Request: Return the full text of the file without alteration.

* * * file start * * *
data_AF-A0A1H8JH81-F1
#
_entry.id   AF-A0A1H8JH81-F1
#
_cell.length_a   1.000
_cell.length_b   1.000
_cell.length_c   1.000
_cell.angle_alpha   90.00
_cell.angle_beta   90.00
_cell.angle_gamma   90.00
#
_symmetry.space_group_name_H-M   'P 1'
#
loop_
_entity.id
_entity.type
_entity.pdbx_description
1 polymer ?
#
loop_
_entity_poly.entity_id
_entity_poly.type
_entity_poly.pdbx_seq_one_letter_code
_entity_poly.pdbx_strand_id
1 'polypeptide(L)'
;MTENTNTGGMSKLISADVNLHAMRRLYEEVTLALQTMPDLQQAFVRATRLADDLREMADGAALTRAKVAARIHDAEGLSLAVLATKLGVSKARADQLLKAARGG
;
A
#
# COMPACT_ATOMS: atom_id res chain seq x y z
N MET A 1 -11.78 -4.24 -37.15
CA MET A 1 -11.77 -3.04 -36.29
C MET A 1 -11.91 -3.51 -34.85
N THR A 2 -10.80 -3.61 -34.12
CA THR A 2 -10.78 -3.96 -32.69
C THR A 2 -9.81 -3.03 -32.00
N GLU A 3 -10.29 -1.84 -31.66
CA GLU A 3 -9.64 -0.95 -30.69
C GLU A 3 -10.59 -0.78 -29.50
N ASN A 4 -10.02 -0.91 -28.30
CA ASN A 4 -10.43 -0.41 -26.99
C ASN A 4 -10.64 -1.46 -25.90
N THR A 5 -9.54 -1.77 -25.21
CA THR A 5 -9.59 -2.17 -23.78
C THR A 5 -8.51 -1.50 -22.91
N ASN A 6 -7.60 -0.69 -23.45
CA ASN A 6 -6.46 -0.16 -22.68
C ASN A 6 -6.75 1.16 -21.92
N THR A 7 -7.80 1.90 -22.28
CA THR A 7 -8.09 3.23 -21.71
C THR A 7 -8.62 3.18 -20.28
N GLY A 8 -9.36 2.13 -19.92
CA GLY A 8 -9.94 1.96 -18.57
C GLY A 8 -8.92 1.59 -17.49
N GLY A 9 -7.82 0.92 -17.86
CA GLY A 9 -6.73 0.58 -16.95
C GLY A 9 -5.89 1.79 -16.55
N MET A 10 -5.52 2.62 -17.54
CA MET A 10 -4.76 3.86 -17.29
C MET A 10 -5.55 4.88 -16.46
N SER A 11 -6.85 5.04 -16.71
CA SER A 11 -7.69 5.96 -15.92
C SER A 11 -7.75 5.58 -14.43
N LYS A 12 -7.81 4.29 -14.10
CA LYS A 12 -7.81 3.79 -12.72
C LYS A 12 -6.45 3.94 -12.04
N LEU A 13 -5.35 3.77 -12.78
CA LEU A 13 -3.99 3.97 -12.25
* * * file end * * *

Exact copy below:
data_AF-A0A1H8JH81-F1
#
_entry.id   AF-A0A1H8JH81-F1
#
_cell.length_a   1.000
_cell.length_b   1.000
_cell.length_c   1.000
_cell.angle_alpha   90.00
_cell.angle_beta   90.00
_cell.angle_gamma   90.00
#
_symmetry.space_group_name_H-M   'P 1'
#
loop_
_entity.id
_entity.type
_entity.pdbx_description
1 polymer ?
#
loop_
_entity_poly.entity_id
_entity_poly.type
_entity_poly.pdbx_seq_one_letter_code
_entity_poly.pdbx_strand_id
1 'polypeptide(L)'
;MTENTNTGGMSKLISADVNLHAMRRLYEEVTLALQTMPDLQQAFVRATRLADDLREMADGAALTRAKVAARIHDAEGLSLAVLATKLGVSKARADQLLKAARGG
;
A
#
# COMPACT_ATOMS: atom_id res chain seq x y z
N MET A 1 -11.78 -4.24 -37.15
CA MET A 1 -11.77 -3.04 -36.29
C MET A 1 -11.91 -3.51 -34.85
N THR A 2 -10.80 -3.61 -34.12
CA THR A 2 -10.78 -3.96 -32.69
C THR A 2 -9.81 -3.03 -32.00
N GLU A 3 -10.29 -1.84 -31.66
CA GLU A 3 -9.64 -0.95 -30.69
C GLU A 3 -10.59 -0.78 -29.50
N ASN A 4 -10.02 -0.91 -28.30
CA ASN A 4 -10.43 -0.41 -26.99
C ASN A 4 -10.64 -1.46 -25.90
N THR A 5 -9.54 -1.77 -25.21
CA THR A 5 -9.59 -2.17 -23.78
C THR A 5 -8.51 -1.50 -22.91
N ASN A 6 -7.60 -0.69 -23.45
CA ASN A 6 -6.46 -0.16 -22.68
C ASN A 6 -6.75 1.16 -21.92
N THR A 7 -7.80 1.90 -22.28
CA THR A 7 -8.09 3.23 -21.71
C THR A 7 -8.62 3.18 -20.28
N GLY A 8 -9.36 2.13 -19.92
CA GLY A 8 -9.94 1.96 -18.57
C GLY A 8 -8.92 1.59 -17.49
N GLY A 9 -7.82 0.92 -17.86
CA GLY A 9 -6.73 0.58 -16.95
C GLY A 9 -5.89 1.79 -16.55
N MET A 10 -5.52 2.62 -17.54
CA MET A 10 -4.76 3.86 -17.29
C MET A 10 -5.55 4.88 -16.46
N SER A 11 -6.85 5.04 -16.71
CA SER A 11 -7.69 5.96 -15.92
C SER A 11 -7.75 5.58 -14.43
N LYS A 12 -7.81 4.29 -14.10
CA LYS A 12 -7.81 3.79 -12.72
C LYS A 12 -6.45 3.94 -12.04
N LEU A 13 -5.35 3.77 -12.78
CA LEU A 13 -3.99 3.97 -12.25